Underground innovation: an opportunity not to be missed
A survey of Research & Development employees at Ford Motor Company shows that as many as 45% of them work on their own research and innovation projects in addition to their formal assignments. These innovations may well benefit the company but often remain hidden from management. What motivates employees to do this and do their 'underground innovations' hardly ever surface? Jeroen de Jong and Max Mulhuijzen of the Utrecht University School of Economics (U.S.E.) see underground innovation as an opportunity not to be missed. They identify different types of innovators and make concrete recommendations on how management can respond to each of them.
There’s a lot more happening in your company than you think and you can benefit significantly from it, says Mulhuijzen.
But a simple 'suggestion box' won't get you there. You have to work proactively to stimulate and value people.
The starting point of our research was an anecdote from K. Venkatesh Prasad (manager at Ford Motor Company) about a test procedure, says Max Mulhuijzen.
A trainee had made a test procedure wireless by developing an app and making a Bluetooth connection, and reduced it from five hours to five minutes. A supervisor saw him using his phone and was surprised. It then turned out that the student had kept it to himself and had merely thought: 'I have solved my own problem.' The manager found it bizarre that such knowledge was being developed at a level that would never reach higher management levels.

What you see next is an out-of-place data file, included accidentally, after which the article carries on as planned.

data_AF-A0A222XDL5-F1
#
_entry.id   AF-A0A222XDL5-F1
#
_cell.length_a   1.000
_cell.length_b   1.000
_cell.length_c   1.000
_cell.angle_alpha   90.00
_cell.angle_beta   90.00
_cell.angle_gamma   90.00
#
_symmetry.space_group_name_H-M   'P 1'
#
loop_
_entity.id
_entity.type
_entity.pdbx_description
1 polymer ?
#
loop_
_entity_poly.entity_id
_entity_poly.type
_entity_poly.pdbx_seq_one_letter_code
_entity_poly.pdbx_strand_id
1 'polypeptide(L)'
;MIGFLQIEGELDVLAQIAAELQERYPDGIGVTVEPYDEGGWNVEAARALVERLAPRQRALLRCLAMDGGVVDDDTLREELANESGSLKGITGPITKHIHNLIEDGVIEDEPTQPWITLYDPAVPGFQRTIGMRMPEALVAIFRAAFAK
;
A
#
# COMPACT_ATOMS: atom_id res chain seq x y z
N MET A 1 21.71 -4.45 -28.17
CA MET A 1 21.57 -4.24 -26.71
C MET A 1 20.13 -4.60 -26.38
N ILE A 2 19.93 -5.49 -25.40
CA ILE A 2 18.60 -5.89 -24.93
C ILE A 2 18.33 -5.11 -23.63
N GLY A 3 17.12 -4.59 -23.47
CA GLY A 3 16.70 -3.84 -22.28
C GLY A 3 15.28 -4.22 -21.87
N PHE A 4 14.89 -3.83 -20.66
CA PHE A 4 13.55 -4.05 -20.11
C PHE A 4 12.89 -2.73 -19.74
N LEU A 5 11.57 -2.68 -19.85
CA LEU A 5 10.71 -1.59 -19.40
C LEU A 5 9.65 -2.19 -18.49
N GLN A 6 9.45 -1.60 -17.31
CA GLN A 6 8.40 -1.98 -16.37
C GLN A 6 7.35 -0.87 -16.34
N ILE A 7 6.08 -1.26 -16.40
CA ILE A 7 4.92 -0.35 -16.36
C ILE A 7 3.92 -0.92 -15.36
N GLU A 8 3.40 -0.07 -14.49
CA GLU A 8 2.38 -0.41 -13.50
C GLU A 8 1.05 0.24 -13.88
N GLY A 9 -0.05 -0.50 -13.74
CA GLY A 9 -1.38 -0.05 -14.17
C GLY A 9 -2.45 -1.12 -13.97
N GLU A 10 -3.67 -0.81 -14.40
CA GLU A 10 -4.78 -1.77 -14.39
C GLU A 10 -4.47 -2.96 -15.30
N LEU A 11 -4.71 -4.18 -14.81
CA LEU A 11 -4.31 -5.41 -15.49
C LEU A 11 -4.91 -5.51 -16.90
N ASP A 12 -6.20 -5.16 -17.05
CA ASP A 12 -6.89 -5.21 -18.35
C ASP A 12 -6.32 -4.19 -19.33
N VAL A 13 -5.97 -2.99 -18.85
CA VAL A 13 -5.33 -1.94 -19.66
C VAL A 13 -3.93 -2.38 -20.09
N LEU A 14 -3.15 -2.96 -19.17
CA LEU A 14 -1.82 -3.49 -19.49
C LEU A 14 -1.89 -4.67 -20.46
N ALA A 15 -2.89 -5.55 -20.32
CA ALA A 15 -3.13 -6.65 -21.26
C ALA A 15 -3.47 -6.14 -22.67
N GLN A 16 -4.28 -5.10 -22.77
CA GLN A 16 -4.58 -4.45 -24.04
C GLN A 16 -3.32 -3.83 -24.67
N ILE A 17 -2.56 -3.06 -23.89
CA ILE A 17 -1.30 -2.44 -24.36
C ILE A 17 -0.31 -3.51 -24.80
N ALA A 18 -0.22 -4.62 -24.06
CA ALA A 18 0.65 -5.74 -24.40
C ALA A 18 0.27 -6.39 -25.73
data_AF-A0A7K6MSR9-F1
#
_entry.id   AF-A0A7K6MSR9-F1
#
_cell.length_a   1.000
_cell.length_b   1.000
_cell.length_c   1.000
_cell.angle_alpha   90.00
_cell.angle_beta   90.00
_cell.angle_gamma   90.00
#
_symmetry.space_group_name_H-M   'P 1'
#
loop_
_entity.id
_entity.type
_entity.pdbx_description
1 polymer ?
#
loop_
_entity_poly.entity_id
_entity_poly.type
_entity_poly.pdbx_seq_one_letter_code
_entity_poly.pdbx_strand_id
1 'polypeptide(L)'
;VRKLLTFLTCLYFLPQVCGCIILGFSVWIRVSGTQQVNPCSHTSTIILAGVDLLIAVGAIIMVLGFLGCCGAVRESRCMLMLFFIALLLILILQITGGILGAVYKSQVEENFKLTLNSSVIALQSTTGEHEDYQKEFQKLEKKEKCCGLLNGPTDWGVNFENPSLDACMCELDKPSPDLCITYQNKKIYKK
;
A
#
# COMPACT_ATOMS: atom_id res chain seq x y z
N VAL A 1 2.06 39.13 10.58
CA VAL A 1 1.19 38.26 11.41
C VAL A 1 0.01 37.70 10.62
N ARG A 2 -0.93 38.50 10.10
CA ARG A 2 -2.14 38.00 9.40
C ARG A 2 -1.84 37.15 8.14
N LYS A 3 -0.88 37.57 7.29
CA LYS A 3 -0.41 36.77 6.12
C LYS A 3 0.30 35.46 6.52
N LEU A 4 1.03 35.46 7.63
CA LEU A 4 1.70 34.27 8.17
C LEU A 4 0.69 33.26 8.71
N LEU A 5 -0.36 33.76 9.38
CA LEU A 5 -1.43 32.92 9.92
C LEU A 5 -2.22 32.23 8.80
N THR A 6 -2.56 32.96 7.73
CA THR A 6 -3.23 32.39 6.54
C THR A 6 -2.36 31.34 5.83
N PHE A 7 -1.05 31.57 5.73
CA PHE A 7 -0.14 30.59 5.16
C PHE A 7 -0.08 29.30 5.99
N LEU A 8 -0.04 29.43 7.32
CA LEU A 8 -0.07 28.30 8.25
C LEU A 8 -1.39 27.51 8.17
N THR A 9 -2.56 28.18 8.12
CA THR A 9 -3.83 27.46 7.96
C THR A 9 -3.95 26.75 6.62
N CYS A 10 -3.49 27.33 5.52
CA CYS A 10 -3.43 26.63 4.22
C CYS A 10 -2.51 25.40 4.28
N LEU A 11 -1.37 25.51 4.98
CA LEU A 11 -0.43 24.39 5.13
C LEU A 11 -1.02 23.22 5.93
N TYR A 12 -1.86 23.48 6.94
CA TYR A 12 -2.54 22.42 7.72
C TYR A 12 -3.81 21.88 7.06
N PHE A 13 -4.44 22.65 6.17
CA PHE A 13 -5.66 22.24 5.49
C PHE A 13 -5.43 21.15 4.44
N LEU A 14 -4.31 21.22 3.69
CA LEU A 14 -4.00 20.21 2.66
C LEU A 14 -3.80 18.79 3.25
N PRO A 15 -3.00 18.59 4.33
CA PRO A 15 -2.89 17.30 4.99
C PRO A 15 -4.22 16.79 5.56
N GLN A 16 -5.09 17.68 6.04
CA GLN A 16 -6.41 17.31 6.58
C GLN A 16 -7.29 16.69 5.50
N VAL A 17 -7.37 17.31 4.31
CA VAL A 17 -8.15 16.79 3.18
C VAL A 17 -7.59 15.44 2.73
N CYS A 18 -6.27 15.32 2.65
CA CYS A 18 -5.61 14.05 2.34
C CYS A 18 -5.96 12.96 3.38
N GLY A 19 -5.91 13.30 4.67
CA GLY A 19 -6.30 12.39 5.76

The general perception is that companies develop innovations to increase their market share. Employees are supposed to just do their jobs. But this anecdote shows that employees are much more proactive. There seemed to be little research on this phenomenon, and certainly not on the motivation of employees to innovate underground.
Ford Motor Company
Ford Motor Company offered Jeroen de Jong and Max Mulhuijzen of the Utrecht University School of Economics (U.S.E.) the opportunity to work with K. Venkatesh Prasad and conduct extensive interviews at two locations in Germany and to do a survey at the same locations and in the UK. They interviewed 39 Research & Development (R&D) employees in Germany and reached out to 929 R&D employees in both countries to enable comparison. They found that between 2018-2021, as many as 45% of Ford's R&D employees had projects in progress that management had not formally commissioned.